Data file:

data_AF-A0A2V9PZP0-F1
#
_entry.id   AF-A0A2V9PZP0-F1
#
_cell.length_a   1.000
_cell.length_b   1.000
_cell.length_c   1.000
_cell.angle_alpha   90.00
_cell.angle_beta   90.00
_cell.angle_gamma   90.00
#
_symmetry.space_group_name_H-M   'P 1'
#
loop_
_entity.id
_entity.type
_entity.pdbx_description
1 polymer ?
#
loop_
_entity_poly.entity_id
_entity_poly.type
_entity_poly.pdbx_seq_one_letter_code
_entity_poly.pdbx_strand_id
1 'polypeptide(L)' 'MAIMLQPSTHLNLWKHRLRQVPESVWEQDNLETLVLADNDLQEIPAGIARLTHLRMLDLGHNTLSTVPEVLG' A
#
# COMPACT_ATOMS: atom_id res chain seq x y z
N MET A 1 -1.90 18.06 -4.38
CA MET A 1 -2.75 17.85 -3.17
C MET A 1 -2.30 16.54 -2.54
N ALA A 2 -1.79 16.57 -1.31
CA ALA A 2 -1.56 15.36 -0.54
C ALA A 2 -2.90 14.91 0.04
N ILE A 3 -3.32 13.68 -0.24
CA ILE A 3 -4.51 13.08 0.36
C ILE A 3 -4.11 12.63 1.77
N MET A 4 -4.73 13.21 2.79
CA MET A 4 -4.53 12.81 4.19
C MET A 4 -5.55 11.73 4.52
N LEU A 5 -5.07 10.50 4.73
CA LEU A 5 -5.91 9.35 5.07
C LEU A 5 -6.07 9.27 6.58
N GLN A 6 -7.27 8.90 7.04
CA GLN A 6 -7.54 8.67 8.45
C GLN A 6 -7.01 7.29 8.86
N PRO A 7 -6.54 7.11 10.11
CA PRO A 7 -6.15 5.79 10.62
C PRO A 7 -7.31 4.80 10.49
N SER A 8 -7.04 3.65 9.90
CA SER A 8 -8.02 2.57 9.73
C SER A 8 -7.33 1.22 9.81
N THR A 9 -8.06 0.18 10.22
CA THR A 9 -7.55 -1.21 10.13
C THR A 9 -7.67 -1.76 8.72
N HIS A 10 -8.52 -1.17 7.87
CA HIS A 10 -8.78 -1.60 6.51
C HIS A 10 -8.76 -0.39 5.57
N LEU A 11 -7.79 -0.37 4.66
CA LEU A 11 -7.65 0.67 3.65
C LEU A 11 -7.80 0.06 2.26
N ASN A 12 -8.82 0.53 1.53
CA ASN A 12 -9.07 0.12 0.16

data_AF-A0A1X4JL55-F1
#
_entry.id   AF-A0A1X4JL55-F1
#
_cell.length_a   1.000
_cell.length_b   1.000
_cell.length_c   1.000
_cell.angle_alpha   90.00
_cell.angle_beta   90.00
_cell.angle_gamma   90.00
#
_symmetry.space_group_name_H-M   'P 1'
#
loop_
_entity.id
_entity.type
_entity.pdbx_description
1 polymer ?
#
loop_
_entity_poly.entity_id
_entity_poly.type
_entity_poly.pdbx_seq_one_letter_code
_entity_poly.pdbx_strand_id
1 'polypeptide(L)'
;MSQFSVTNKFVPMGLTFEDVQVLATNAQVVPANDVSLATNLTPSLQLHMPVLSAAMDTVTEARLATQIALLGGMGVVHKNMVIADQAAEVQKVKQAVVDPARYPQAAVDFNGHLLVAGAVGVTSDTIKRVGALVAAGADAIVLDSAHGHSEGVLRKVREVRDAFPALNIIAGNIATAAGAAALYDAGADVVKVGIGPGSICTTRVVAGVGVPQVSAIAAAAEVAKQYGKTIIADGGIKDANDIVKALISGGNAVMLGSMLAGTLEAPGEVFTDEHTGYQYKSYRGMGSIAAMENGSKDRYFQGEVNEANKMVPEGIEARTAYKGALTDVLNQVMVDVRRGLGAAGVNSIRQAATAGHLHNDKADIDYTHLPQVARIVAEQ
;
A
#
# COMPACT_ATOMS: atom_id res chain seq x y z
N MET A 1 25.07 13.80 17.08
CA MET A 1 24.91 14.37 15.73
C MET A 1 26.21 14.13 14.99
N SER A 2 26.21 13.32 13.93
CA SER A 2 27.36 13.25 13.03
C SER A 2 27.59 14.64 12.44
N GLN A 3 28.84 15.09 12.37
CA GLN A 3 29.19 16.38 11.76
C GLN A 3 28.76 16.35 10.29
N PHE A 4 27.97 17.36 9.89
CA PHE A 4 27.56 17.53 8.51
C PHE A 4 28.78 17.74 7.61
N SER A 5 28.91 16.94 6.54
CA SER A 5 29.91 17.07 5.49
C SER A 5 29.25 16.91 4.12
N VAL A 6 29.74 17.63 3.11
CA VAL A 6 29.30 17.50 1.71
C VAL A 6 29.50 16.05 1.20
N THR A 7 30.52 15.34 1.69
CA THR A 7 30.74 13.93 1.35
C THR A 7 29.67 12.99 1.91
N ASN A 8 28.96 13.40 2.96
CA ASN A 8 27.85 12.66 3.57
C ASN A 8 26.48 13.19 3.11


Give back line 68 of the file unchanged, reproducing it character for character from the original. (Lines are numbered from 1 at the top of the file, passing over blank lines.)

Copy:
_cell.length_b   1.000